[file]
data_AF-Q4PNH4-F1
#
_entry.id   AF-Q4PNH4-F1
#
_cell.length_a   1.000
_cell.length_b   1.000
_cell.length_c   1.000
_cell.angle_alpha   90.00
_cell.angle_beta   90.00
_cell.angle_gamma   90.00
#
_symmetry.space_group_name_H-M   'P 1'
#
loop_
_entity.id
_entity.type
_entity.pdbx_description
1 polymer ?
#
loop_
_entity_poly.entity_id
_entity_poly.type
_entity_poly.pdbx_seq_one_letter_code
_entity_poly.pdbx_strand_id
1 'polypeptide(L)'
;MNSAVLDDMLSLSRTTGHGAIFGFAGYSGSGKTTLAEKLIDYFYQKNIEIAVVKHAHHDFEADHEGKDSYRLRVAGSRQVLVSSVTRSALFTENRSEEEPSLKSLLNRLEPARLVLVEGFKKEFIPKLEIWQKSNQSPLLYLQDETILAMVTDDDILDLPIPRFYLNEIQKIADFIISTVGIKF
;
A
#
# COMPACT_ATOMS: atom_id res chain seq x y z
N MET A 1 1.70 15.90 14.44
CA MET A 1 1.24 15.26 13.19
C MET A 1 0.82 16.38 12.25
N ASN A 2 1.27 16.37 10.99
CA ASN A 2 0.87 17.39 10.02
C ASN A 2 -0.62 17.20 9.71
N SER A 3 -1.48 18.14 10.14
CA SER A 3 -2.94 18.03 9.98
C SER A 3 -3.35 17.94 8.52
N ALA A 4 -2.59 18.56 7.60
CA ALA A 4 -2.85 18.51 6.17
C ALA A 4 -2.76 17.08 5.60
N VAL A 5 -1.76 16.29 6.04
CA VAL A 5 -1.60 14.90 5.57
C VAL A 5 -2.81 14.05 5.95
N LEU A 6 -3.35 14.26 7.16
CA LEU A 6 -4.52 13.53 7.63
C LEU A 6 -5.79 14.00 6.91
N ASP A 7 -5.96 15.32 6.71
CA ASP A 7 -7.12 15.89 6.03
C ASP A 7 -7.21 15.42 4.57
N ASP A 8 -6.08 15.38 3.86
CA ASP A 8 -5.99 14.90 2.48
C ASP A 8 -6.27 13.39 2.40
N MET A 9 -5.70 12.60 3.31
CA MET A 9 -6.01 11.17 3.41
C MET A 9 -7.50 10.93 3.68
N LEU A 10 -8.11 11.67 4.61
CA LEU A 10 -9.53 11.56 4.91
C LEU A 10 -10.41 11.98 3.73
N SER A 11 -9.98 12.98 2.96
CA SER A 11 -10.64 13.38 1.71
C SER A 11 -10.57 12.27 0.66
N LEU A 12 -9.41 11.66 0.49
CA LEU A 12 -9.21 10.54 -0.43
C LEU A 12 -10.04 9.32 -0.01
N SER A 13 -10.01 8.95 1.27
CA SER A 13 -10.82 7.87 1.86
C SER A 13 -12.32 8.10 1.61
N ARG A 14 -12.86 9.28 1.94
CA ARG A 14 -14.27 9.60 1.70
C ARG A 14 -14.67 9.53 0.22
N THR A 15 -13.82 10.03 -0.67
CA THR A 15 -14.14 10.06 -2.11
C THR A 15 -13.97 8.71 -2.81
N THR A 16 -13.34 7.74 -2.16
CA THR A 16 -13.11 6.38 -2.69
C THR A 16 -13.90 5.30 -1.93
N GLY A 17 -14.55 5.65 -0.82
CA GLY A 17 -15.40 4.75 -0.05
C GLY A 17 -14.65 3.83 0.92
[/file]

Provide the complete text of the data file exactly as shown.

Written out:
data_AF-Q4PNH4-F1
#
_entry.id   AF-Q4PNH4-F1
#
_cell.length_a   1.000
_cell.length_b   1.000
_cell.length_c   1.000
_cell.angle_alpha   90.00
_cell.angle_beta   90.00
_cell.angle_gamma   90.00
#
_symmetry.space_group_name_H-M   'P 1'
#
loop_
_entity.id
_entity.type
_entity.pdbx_description
1 polymer ?
#
loop_
_entity_poly.entity_id
_entity_poly.type
_entity_poly.pdbx_seq_one_letter_code
_entity_poly.pdbx_strand_id
1 'polypeptide(L)'
;MNSAVLDDMLSLSRTTGHGAIFGFAGYSGSGKTTLAEKLIDYFYQKNIEIAVVKHAHHDFEADHEGKDSYRLRVAGSRQVLVSSVTRSALFTENRSEEEPSLKSLLNRLEPARLVLVEGFKKEFIPKLEIWQKSNQSPLLYLQDETILAMVTDDDILDLPIPRFYLNEIQKIADFIISTVGIKF
;
A
#
# COMPACT_ATOMS: atom_id res chain seq x y z
N MET A 1 1.70 15.90 14.44
CA MET A 1 1.24 15.26 13.19
C MET A 1 0.82 16.38 12.25
N ASN A 2 1.27 16.37 10.99
CA ASN A 2 0.87 17.39 10.02
C ASN A 2 -0.62 17.20 9.71
N SER A 3 -1.48 18.14 10.14
CA SER A 3 -2.94 18.03 9.98
C SER A 3 -3.35 17.94 8.52
N ALA A 4 -2.59 18.56 7.60
CA ALA A 4 -2.85 18.51 6.17
C ALA A 4 -2.76 17.08 5.60
N VAL A 5 -1.76 16.29 6.04
CA VAL A 5 -1.60 14.90 5.57
C VAL A 5 -2.81 14.05 5.95
N LEU A 6 -3.35 14.26 7.16
CA LEU A 6 -4.52 13.53 7.63
C LEU A 6 -5.79 14.00 6.91
N ASP A 7 -5.96 15.32 6.71
CA ASP A 7 -7.12 15.89 6.03
C ASP A 7 -7.21 15.42 4.57
N ASP A 8 -6.08 15.38 3.86
CA ASP A 8 -5.99 14.90 2.48
C ASP A 8 -6.27 13.39 2.40
N MET A 9 -5.70 12.60 3.31
CA MET A 9 -6.01 11.17 3.41
C MET A 9 -7.50 10.93 3.68
N LEU A 10 -8.11 11.67 4.61
CA LEU A 10 -9.53 11.56 4.91
C LEU A 10 -10.41 11.98 3.73
N SER A 11 -9.98 12.98 2.96
CA SER A 11 -10.64 13.38 1.71
C SER A 11 -10.57 12.27 0.66
N LEU A 12 -9.41 11.66 0.49
CA LEU A 12 -9.21 10.54 -0.43
C LEU A 12 -10.04 9.32 -0.01
N SER A 13 -10.01 8.95 1.27
CA SER A 13 -10.82 7.87 1.86
C SER A 13 -12.32 8.10 1.61
N ARG A 14 -12.86 9.28 1.94
CA ARG A 14 -14.27 9.60 1.70
C ARG A 14 -14.67 9.53 0.22
N THR A 15 -13.82 10.03 -0.67
CA THR A 15 -14.14 10.06 -2.11
C THR A 15 -13.97 8.71 -2.81
N THR A 16 -13.34 7.74 -2.16
CA THR A 16 -13.11 6.38 -2.69
C THR A 16 -13.90 5.30 -1.93
N GLY A 17 -14.55 5.65 -0.82
CA GLY A 17 -15.40 4.75 -0.05
C GLY A 17 -14.65 3.83 0.92